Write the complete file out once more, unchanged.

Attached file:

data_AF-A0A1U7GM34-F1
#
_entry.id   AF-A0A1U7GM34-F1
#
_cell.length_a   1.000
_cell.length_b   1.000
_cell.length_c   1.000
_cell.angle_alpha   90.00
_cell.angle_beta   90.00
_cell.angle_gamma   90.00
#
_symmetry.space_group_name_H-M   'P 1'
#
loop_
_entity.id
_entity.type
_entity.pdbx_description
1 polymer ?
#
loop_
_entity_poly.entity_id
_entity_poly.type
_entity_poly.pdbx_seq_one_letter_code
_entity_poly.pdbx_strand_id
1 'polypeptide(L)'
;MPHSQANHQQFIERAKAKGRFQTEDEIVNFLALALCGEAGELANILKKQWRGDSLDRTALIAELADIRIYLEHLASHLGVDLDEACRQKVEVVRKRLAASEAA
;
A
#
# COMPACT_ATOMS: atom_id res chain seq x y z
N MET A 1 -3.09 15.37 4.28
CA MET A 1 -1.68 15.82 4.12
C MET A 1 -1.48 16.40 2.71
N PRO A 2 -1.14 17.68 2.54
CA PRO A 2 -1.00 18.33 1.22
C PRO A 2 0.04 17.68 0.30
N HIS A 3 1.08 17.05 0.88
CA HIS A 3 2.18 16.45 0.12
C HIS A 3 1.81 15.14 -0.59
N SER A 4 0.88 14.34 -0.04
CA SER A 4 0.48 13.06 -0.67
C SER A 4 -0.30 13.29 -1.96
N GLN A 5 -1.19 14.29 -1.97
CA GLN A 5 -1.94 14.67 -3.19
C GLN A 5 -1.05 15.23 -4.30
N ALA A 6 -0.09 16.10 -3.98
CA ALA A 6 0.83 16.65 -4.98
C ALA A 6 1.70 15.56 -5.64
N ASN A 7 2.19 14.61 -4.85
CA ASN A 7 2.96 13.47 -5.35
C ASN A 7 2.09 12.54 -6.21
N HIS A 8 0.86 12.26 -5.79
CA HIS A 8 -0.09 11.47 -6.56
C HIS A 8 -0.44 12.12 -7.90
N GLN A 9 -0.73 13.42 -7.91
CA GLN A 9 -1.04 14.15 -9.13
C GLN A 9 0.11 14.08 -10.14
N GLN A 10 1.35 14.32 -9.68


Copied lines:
data_AF-A0A1U7GM34-F1
#
_entry.id   AF-A0A1U7GM34-F1
#
_cell.length_a   1.000
_cell.length_b   1.000
_cell.length_c   1.000
_cell.angle_alpha   90.00
_cell.angle_beta   90.00
_cell.angle_gamma   90.00
#
_symmetry.space_group_name_H-M   'P 1'
#
loop_
_entity.id
_entity.type
_entity.pdbx_description
1 polymer ?
#
loop_
_entity_poly.entity_id
_entity_poly.type
_entity_poly.pdbx_seq_one_letter_code
_entity_poly.pdbx_strand_id
1 'polypeptide(L)'
;MPHSQANHQQFIERAKAKGRFQTEDEIVNFLALALCGEAGELANILKKQWRGDSLDRTALIAELADIRIYLEHLASHLGVDLDEACRQKVEVVRKRLAASEAA
;
A
#
# COMPACT_ATOMS: atom_id res chain seq x y z
N MET A 1 -3.09 15.37 4.28
CA MET A 1 -1.68 15.82 4.12
C MET A 1 -1.48 16.40 2.71
N PRO A 2 -1.14 17.68 2.54
CA PRO A 2 -1.00 18.33 1.22
C PRO A 2 0.04 17.68 0.30
N HIS A 3 1.08 17.05 0.88
CA HIS A 3 2.18 16.45 0.12
C HIS A 3 1.81 15.14 -0.59
N SER A 4 0.88 14.34 -0.04
CA SER A 4 0.48 13.06 -0.67
C SER A 4 -0.30 13.29 -1.96
N GLN A 5 -1.19 14.29 -1.97
CA GLN A 5 -1.94 14.67 -3.19
C GLN A 5 -1.05 15.23 -4.30
N ALA A 6 -0.09 16.10 -3.98
CA ALA A 6 0.83 16.65 -4.98
C ALA A 6 1.70 15.56 -5.64
N ASN A 7 2.19 14.61 -4.85
CA ASN A 7 2.96 13.47 -5.35
C ASN A 7 2.09 12.54 -6.21
N HIS A 8 0.86 12.26 -5.79
CA HIS A 8 -0.09 11.47 -6.56
C HIS A 8 -0.44 12.12 -7.90
N GLN A 9 -0.73 13.42 -7.91
CA GLN A 9 -1.04 14.15 -9.13
C GLN A 9 0.11 14.08 -10.14
N GLN A 10 1.35 14.32 -9.68